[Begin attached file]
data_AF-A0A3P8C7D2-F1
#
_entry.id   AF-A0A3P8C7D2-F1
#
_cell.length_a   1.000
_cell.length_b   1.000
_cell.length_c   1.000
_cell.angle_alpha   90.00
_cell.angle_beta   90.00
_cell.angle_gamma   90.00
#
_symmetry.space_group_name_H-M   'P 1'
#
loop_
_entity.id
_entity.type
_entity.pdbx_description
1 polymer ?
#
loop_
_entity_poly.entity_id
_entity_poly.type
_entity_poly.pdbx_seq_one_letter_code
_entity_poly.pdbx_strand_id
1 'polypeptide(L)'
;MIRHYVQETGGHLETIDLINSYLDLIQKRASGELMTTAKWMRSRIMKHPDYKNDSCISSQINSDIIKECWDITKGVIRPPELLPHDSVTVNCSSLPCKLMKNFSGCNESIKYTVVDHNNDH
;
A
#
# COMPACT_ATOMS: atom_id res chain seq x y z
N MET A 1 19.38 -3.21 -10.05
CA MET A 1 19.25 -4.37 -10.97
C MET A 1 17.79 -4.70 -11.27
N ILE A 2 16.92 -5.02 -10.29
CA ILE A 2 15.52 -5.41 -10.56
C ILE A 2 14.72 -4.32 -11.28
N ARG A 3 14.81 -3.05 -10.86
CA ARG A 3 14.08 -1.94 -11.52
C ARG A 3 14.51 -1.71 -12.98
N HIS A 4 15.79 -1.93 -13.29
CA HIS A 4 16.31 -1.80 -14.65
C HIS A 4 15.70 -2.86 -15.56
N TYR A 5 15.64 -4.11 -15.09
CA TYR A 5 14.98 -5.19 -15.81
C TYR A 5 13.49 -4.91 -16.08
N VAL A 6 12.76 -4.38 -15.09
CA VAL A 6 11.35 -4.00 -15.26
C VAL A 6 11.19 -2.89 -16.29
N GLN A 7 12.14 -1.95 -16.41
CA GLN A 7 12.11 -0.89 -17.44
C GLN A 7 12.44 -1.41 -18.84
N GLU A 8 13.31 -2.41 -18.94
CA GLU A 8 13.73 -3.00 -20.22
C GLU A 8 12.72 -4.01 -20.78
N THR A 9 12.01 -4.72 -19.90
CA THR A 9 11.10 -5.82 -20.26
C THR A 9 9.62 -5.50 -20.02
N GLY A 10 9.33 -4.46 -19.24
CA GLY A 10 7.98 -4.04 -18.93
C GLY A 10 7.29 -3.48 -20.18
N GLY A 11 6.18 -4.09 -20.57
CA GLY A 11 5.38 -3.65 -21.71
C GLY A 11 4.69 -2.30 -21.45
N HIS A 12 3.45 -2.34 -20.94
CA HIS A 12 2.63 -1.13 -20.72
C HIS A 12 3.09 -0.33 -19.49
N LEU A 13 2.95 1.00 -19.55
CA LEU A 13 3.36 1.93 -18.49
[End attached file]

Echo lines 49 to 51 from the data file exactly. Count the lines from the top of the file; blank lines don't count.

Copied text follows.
N GLN A 7 12.14 -1.95 -16.41
CA GLN A 7 12.11 -0.89 -17.44
C GLN A 7 12.44 -1.41 -18.84